Manituana – Wu Ming

So that’s Wu Ming who did Q as Luther Blisset, an Italian collective of intellectualist author types who prefer pseudonymity.

One of the quotes on the back of the book describes this as a kind of lefty jazz thing. I’m not entirely certain what that means, but I get the jazz reference – this book is a series of scenes in order, but without a tune or structure. It’s a bit free-wheeling! It’s daring! It describes the birth of the American nation and the death of the Indian Six Nations! It’s rather dull and has virtually no characters in it I cared about.

That’s not entirely true. Well, it is dull (and worthy!) but I did quite like Philip aka Le Grand Diable (sometimes called the Great Devil) aka Rohanonterinte or some such. And whoever the whore was who had about forty names for her mams, she was amusing. But most of the others didn’t really do much for me. It wasn’t helped by the fact that I struggled to keep them straight – some of them had more than one name, I couldn’t ever remember who was related to who, some of them disappeared for a hundred pages…

But I think it was really the lack of plot that killed it for me. There was, of course, only one way things were going to go, but there must have been a better story (any story!) in there somewhere. All we got were fragments of the narrative; scenes separated by hundreds of miles or weeks and months, some of which were germane, some not so much.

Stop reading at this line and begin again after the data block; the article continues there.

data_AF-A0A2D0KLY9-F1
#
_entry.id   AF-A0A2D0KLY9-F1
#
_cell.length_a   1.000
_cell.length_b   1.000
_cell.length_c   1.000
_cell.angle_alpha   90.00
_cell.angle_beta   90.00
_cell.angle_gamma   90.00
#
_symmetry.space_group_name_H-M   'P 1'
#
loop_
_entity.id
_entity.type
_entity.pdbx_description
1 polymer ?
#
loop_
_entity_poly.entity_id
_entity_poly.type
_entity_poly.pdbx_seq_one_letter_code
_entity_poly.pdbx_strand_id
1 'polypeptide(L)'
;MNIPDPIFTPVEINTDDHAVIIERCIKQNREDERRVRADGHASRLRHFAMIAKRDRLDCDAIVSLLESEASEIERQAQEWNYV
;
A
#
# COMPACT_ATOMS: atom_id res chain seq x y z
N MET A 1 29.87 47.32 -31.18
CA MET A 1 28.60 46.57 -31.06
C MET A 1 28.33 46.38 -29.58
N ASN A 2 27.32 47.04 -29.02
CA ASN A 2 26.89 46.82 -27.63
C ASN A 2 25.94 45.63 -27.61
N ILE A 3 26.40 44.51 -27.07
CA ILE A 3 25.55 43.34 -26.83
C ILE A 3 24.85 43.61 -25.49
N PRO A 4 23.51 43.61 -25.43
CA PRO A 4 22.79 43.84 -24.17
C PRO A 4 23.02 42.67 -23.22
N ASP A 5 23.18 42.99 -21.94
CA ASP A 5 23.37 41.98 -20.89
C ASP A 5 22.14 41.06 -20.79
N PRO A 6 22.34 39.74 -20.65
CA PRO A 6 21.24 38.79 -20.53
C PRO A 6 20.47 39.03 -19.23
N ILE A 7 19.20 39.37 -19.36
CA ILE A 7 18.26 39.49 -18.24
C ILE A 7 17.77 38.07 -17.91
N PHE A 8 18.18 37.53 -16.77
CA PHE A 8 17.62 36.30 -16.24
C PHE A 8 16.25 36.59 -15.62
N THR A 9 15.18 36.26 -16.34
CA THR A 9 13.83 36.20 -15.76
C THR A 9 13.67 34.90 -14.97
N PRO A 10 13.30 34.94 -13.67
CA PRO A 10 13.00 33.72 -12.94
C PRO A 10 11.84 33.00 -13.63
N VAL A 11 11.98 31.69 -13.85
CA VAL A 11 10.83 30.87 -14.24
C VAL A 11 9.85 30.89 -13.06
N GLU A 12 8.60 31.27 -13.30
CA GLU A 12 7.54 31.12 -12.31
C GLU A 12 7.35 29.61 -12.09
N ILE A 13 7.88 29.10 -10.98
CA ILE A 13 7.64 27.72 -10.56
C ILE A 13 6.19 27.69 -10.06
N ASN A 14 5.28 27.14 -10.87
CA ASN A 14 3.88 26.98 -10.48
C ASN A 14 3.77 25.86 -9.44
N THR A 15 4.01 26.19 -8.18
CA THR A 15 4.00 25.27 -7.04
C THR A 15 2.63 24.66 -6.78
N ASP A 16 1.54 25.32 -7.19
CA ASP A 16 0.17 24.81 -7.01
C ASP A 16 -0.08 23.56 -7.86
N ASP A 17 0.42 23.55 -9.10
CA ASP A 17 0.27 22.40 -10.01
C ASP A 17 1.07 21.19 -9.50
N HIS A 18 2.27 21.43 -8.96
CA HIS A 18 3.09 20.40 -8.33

One of the things about jazz is that it’s OK to have a bit of improvisation and that, based on a framework, you know, you’ve got a dusty copy of Kind of Blue somewhere. But the really good stuff has dazzling technical virtuosity or wit that makes you go “yeah, man that’s hip” or something, and stroke your goatee. But (and possibly because this is in translation, although I don’t really think so) this didn’t have that for me.

Which is a shame. First because I quite liked Q, even though you could probably level a lot of the same criticisms at it (except for not knowing who was who, which may be my fault). And secondly because there’s definitely a place for a book about the birth of the American nation, how it came about and what it destroyed, especially as it negotiates the current sticky point in its history.

See also:

Kind of Blue – fuck it, dig that out. It’s America’s only native art form (a totem pole won’t fit in your CD player).

Q – give it a go. Easily the most blood-drenched book starring a monk I’ve ever read.

Mayflower – an early, factual history of settlers in America and their relationships with the locals.

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